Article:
[WATCH] Five priority areas ‘are just the beginning’, Muscat says of PL electoral manifesto

With the PN’s electoral slogan focusing on ‘I choose Malta’, Joseph Muscat drives home message that choice is between Simon Busuttil and himself

Labour leader Joseph Muscat on Pjazza (Photo: James Bianchi/MediaToday)
Labour leader Joseph Muscat on Pjazza (Photo: James Bianchi/MediaToday)

The five priorities that were launched by the Labour Party at the start of its electoral campaign are just “the beginning”, Prime Minister and Labour leader Joseph Muscat said, adding that a further five will be announced next week.

The Labour roadshow this evening headed to Rabat, where ONE TV’s current affairs programme Pjazza was recorded live.

Crowds packed the tent set up at is-Saqqajja, spilling into the street and the surrounding parking area.

Reminiscent of the 2013 electoral campaign, the Labour leader sat among the audience whilst host Karl Stagno Navarra took comments from Finance Minister Edward Scicluna and candidates running on the seventh district.

Pjazza’s panel included General Workers Union representative Jeremy Camilleri, University student Ryan Pace and lawyer Nadine Lia, who all three urged the electorate to choose Labour on 3 June.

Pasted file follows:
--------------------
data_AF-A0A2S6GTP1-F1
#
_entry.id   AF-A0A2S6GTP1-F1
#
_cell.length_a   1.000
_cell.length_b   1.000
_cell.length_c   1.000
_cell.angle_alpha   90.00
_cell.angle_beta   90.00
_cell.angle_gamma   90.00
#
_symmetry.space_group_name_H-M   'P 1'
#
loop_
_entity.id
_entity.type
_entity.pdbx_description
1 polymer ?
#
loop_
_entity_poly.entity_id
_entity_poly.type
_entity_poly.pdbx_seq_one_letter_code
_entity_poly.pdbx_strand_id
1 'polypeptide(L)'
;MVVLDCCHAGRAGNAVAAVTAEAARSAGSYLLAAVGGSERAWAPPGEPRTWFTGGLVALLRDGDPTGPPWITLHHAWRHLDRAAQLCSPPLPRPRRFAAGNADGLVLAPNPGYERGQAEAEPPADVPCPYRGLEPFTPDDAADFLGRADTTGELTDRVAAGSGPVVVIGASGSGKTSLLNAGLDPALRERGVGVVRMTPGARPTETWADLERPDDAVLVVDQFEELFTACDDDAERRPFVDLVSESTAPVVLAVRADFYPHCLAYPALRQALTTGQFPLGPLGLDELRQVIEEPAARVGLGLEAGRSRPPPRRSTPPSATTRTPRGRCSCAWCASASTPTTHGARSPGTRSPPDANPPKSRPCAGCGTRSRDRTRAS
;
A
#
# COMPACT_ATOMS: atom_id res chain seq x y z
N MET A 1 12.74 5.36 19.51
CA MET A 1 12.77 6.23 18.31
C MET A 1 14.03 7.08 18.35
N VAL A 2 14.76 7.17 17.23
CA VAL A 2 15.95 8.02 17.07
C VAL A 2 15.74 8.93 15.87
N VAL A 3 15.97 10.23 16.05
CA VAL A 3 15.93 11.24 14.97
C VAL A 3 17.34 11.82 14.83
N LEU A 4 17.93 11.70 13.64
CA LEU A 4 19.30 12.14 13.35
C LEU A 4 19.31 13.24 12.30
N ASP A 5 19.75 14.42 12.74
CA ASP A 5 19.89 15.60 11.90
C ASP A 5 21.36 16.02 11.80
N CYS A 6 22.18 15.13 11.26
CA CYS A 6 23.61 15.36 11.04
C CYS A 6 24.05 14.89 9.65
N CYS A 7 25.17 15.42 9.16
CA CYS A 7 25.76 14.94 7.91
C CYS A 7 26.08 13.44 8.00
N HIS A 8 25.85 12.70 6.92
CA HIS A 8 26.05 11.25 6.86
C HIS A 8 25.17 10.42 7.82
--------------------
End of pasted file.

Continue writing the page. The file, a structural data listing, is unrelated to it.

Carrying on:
“The truth is that this party is offering us a path: the decision is up to you but this is the party that is giving me choices for my family,” Lia said.

Crowds welcome Joseph Muscat in Rabat

Muscat, who hit out at the coalition led by Simon Busuttil and Marlene Farrugia as the “coalition of confusion”, reiterated that the electorate’s choice boils down to whether they want him or Busuttil as their Prime Minister.

“Each and every family is currently doing its calculations, analysing how it fared over the past four years and seeing how the country did. They know in their heart that, yes we did mistakes, but they know that we are the government that delivers,” he said.

“We’ve already launched five priority areas… and there are more to come.”

Muscat reiterated that the proposals make sense and are doable.

“Ultimately, it’s a question of credibility and whom do you trust to continue improving your lives. It’s with this sense of responsibility that I’ve called a general election because I don’t want anything to endanger this strong economic momentum.,” he said, as he urged the electorate to vote.

Finance Minister Edward Scicluna said that the 2013 roadmap, launched by the Labour Party, had not been immediately understood by the electorate.

“The PN ridiculed it and a lot of people had failed to understand what this plan meant; they had expected to receive the things they had been waiting for, for 25 years. But today you can see and understand what we did and how we first had to regenerate the economy before focusing on other areas.”